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Plane made into weathervane landmark beside Saskatchewan highway

Click to play video: 'Spinning plane installed off Saskatchewan highway as landmark' Spinning plane installed off Saskatchewan highway as landmark
WATCH: A pilot has installed a spinning 1947 Sea Bee airplane as a landmark off of Highway 3 west of Prince Albert, Sask – Jan 26, 2021

It’s not a bird … it’s not a bee … it’s a plane spinning up in the air beside a Saskatchewan highway.

A 1947 Sea Bee has been made into a landmark about eight kilometres west of Prince Albert off Highway 3.

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Local businessman and pilot Doug Sand said he’s been flying for three decades and jumped at the opportunity when the idea landed.

“There’s a fellow that’s got a helicopter on a pole just east of Swift Current and I’ve always admired that. I thought that’s pretty neat and then when I saw the Sea Bee, I thought, ‘here we go,’” Sand said.

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“I know the gentleman that owned it. And it has been sitting for 15 years, maybe 20 years and hasn’t flown … and he said he was done flying and he wanted to sell his aircraft and I said, ‘do you still have that old Sea Bee?’ and he said, ‘Yes, I do.’ Well, that got my interest up and the next thing you know, I owned it.”

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Around Christmas, Sand had the retired aircraft loaded onto a semi and hauled from Mont Nebo, about 70 km west of Prince Albert.

“It sat there over the Christmas holidays. My staff came back to work on [Jan. 4] and we had a little meeting and I said, ‘boys, all we’re going to do is work on an airplane until it’s done,’” Sand said.
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“We took the engine out, put an electric motor in to turn the prop, re-did the wiring, so we got the lights working, made a pivot, so it weathervanes, mounted it up on top of the big tank and built a big tripod on the tank.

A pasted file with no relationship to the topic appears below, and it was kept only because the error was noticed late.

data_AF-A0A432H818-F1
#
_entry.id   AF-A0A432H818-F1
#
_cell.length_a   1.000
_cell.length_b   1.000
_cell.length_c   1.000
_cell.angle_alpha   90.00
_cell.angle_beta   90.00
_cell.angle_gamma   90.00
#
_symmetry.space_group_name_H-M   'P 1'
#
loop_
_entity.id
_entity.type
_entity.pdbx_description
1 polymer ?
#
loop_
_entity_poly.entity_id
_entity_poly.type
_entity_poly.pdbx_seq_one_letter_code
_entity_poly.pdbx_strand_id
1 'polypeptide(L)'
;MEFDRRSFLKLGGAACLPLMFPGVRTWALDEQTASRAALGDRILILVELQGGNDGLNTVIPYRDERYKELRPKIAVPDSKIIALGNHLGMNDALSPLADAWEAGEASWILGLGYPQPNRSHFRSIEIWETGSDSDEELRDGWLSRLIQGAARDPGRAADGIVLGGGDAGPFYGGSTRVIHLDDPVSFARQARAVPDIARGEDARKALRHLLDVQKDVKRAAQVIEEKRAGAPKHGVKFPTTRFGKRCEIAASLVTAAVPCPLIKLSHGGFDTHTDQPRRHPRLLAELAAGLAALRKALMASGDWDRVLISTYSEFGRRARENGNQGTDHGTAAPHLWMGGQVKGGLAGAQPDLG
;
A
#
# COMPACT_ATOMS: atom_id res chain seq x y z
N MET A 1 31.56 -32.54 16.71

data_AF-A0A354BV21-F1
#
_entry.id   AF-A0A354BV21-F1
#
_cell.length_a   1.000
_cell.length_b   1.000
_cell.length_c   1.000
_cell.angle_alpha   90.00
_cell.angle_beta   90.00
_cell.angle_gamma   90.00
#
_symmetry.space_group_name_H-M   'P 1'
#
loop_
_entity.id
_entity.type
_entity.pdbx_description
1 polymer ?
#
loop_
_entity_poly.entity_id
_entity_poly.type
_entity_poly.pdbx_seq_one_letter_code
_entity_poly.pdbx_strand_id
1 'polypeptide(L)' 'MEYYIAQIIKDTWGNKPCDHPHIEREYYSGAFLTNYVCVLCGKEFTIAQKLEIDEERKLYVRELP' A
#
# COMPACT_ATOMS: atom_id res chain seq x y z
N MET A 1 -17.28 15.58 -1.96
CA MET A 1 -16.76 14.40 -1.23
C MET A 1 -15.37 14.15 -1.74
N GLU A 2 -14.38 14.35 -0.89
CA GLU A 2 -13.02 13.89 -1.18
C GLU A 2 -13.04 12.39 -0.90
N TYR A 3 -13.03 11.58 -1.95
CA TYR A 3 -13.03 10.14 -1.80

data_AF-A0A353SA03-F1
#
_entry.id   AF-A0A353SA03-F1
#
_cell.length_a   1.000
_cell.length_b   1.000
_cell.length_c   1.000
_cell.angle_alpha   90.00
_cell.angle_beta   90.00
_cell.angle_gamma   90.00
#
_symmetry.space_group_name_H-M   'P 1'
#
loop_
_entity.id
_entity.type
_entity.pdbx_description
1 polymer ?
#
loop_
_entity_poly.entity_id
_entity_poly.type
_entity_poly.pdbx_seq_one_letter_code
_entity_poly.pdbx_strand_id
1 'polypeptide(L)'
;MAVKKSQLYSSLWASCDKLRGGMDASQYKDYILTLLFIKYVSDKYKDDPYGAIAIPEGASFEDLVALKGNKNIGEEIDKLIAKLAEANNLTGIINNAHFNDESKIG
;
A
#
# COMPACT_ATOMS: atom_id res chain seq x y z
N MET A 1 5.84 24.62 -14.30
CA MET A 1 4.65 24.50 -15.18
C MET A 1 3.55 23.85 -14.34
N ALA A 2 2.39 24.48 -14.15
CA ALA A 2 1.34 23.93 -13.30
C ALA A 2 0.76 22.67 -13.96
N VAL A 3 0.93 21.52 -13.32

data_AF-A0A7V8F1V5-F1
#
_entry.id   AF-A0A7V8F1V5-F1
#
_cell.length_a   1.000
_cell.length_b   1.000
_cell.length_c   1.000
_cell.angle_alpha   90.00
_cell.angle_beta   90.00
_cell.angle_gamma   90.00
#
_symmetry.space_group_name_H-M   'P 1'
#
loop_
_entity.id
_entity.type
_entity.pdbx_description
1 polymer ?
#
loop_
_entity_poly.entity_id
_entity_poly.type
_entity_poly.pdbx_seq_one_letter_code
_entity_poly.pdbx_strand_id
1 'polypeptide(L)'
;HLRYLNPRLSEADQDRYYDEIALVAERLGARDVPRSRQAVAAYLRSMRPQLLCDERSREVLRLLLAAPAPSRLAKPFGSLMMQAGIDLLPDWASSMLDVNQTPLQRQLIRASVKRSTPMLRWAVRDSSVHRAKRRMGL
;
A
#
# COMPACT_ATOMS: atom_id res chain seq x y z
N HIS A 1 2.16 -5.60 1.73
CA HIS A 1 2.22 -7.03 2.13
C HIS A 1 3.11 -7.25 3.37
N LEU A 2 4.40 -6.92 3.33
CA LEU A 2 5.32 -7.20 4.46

“Somebody else suggested, ‘let’s make the lights work’ and around, around it went and we got mannequins inside it. So there’s pilot and copilot, we painted the former owner’s name, which was Wayne Saam on the one door and Lorraine Saam on the other door and that was wonderful.”

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Sand said it took 12 days of work before it was hoisted into the air on Jan. 15.

“We got that darn ice storm and I had to wait an extra day before I could get it put up,” he said.

“A local crane operator here, he came with a beautiful crane and he helped us put it up and I had lots of help and he donated his crane, which would cost me thousands and it was lots of people dug in to help and it was great.

“It weighs about 2,000 pounds.

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A pilot has installed a spinning 1947 Sea Bee airplane as a landmark off of Highway 3 west of Prince Albert, Sask. JLC Perspective / Supplied

Sand won’t comment on how much money the endeavour took but said it was worth it.

“I’m going to leave that right out of it … I spent quite a few dollars but it doesn’t matter,” he said. “All out of my pocket. I love aircraft. I love airplanes. To hell with it. You only live once.

“Anybody that’s an aircraft enthusiast will be kind of pleased and it’s a good landmark and if somebody said, ‘how do I find your shop?’ It’s not hard to find. There’s a good landmark.” 

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Ashley Charles, CEO of Prince Albert Regional Economic Development Alliance (PAREDA) which manages Prince Albert Tourism, says she has heard about the aircraft’s launch in the rural municipality of Buckland.

“It makes an impression on the motorists that are going through and it’s a tourism attraction because these kinds of objects, they stand out and this one just had sentimental value for the guys who were creating it,” she said.

“Anything like that where motorists can be like, ‘oh, hey, that’s the place that has a plane near Prince Albert.’ It just brings in more people to be more observant of what’s in the region and so it’s always good when we have landmarks such as that one.”

Charles said she would like to see more of these landmarks take off in the area.

“The first of many future ones,” she said.

“A good trend to move towards is to have more landmarks. People are continuously driving through Prince Albert to get the lakes to go fishing in the north, to enjoy the parklands around the region, camping and even sports and culture.”

“I would definitely encourage people just to go around and just to see what’s out there in the region and you just might find some hidden gems, such as that landmark out in Buckland. It is not that far of a drive but it’s safe and I definitely would recommend it.”

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